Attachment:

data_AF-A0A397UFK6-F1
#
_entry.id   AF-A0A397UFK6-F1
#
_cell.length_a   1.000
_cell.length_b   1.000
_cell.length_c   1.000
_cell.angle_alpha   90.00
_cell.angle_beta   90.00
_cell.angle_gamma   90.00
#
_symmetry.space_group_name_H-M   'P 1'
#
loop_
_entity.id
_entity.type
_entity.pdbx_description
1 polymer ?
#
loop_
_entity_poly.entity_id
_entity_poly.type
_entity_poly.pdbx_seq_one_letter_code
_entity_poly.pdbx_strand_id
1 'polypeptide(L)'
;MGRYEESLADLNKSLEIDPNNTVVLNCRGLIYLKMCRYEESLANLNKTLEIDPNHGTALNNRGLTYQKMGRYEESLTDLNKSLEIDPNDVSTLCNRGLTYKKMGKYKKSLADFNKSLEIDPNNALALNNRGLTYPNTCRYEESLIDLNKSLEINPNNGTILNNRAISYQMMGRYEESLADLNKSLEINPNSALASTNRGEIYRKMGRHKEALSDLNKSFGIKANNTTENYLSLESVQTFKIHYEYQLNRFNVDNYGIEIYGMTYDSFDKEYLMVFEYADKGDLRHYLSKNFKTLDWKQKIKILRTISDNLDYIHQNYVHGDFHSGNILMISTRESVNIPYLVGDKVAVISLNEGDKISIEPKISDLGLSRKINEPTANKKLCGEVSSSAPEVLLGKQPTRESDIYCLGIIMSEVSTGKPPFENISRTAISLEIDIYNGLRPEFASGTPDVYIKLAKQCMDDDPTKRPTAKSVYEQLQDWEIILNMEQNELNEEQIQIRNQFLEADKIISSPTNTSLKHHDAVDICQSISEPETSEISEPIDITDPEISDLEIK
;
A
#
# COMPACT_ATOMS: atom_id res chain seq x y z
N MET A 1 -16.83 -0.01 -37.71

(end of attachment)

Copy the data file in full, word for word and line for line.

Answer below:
data_AF-A0A397UFK6-F1
#
_entry.id   AF-A0A397UFK6-F1
#
_cell.length_a   1.000
_cell.length_b   1.000
_cell.length_c   1.000
_cell.angle_alpha   90.00
_cell.angle_beta   90.00
_cell.angle_gamma   90.00
#
_symmetry.space_group_name_H-M   'P 1'
#
loop_
_entity.id
_entity.type
_entity.pdbx_description
1 polymer ?
#
loop_
_entity_poly.entity_id
_entity_poly.type
_entity_poly.pdbx_seq_one_letter_code
_entity_poly.pdbx_strand_id
1 'polypeptide(L)'
;MGRYEESLADLNKSLEIDPNNTVVLNCRGLIYLKMCRYEESLANLNKTLEIDPNHGTALNNRGLTYQKMGRYEESLTDLNKSLEIDPNDVSTLCNRGLTYKKMGKYKKSLADFNKSLEIDPNNALALNNRGLTYPNTCRYEESLIDLNKSLEINPNNGTILNNRAISYQMMGRYEESLADLNKSLEINPNSALASTNRGEIYRKMGRHKEALSDLNKSFGIKANNTTENYLSLESVQTFKIHYEYQLNRFNVDNYGIEIYGMTYDSFDKEYLMVFEYADKGDLRHYLSKNFKTLDWKQKIKILRTISDNLDYIHQNYVHGDFHSGNILMISTRESVNIPYLVGDKVAVISLNEGDKISIEPKISDLGLSRKINEPTANKKLCGEVSSSAPEVLLGKQPTRESDIYCLGIIMSEVSTGKPPFENISRTAISLEIDIYNGLRPEFASGTPDVYIKLAKQCMDDDPTKRPTAKSVYEQLQDWEIILNMEQNELNEEQIQIRNQFLEADKIISSPTNTSLKHHDAVDICQSISEPETSEISEPIDITDPEISDLEIK
;
A
#
# COMPACT_ATOMS: atom_id res chain seq x y z
N MET A 1 -16.83 -0.01 -37.71